To get the best picture, one needs more than a high-quality webcam. Lighting is important.
A bad webcam with great lighting is better than a great webcam with bad lighting.
- Two light sources.
- Positioned behind the camera, to the left and right.
- As far back as possible, at about 45 degrees, pointed right at the subject.
As bright as possible, but "softened", using a good light bulb, a light box, a filter, or reflecting.
Two desk lamps and your ceiling light is a basic start. Those and another two lamps pointed at the wall behind the camera would be a great start.
Many streaming websites allow one to sell clips, and that should be good enough for most. Keeping ones modelling job simple lets one focus on being a better performer and not be overwhelmed.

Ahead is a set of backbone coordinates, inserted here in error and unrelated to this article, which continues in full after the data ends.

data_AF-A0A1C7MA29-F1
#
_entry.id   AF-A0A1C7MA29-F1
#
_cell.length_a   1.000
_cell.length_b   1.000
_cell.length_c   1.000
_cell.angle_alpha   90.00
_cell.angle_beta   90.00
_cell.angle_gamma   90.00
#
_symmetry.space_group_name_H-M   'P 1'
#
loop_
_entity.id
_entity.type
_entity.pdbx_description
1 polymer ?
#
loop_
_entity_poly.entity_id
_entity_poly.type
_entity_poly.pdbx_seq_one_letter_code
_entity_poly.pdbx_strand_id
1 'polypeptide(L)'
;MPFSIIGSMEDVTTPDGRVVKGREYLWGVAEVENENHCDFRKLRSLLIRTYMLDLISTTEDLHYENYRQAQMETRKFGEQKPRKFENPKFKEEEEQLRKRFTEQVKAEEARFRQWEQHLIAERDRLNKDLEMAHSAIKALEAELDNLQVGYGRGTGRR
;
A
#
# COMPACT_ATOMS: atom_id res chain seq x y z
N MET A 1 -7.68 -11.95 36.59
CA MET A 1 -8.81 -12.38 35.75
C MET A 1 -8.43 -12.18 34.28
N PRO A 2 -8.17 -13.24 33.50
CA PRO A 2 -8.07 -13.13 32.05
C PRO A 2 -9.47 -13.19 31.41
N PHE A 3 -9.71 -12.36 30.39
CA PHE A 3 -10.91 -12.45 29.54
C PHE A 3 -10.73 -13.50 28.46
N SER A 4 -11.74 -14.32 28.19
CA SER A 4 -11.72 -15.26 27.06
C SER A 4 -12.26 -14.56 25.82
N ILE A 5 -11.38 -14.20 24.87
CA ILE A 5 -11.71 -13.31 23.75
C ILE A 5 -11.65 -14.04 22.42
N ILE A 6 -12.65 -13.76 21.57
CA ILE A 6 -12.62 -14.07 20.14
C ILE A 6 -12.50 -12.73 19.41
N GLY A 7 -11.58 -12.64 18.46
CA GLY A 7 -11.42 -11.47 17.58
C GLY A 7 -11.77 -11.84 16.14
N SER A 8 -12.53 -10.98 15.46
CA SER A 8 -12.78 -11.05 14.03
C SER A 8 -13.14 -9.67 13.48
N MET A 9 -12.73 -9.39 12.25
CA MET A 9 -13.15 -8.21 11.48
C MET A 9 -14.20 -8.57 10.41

However, at some point, a successful webcam model may want to branch out from their streaming website(s) and sell goods and videos themselves. Perhaps there is more profit in it, or they are packaging a whole-website experience.
This project was originally thought about from the perspective of a webcam model, but I'm thinking about it from the perspective of shipping Soylent from the United States to Canada.
Webcam modelling >
There appear to be some differences between female and male webcam models and modelling.
I jotted down some thoughts, but I got a bit burnt out so maybe there's more to be written at some future point.
There is very little information out there which targets males, so I decided to do some digging to learn more. I ended up needing to adapt female-centric writings to extract things which are gender-neutral, rewrite things so they are more presentable to a male or just write my own stuff.
While interesting, this was a side-project I lightly researched ending in August 2015, but never pursued.
See also Why would live streaming be popular?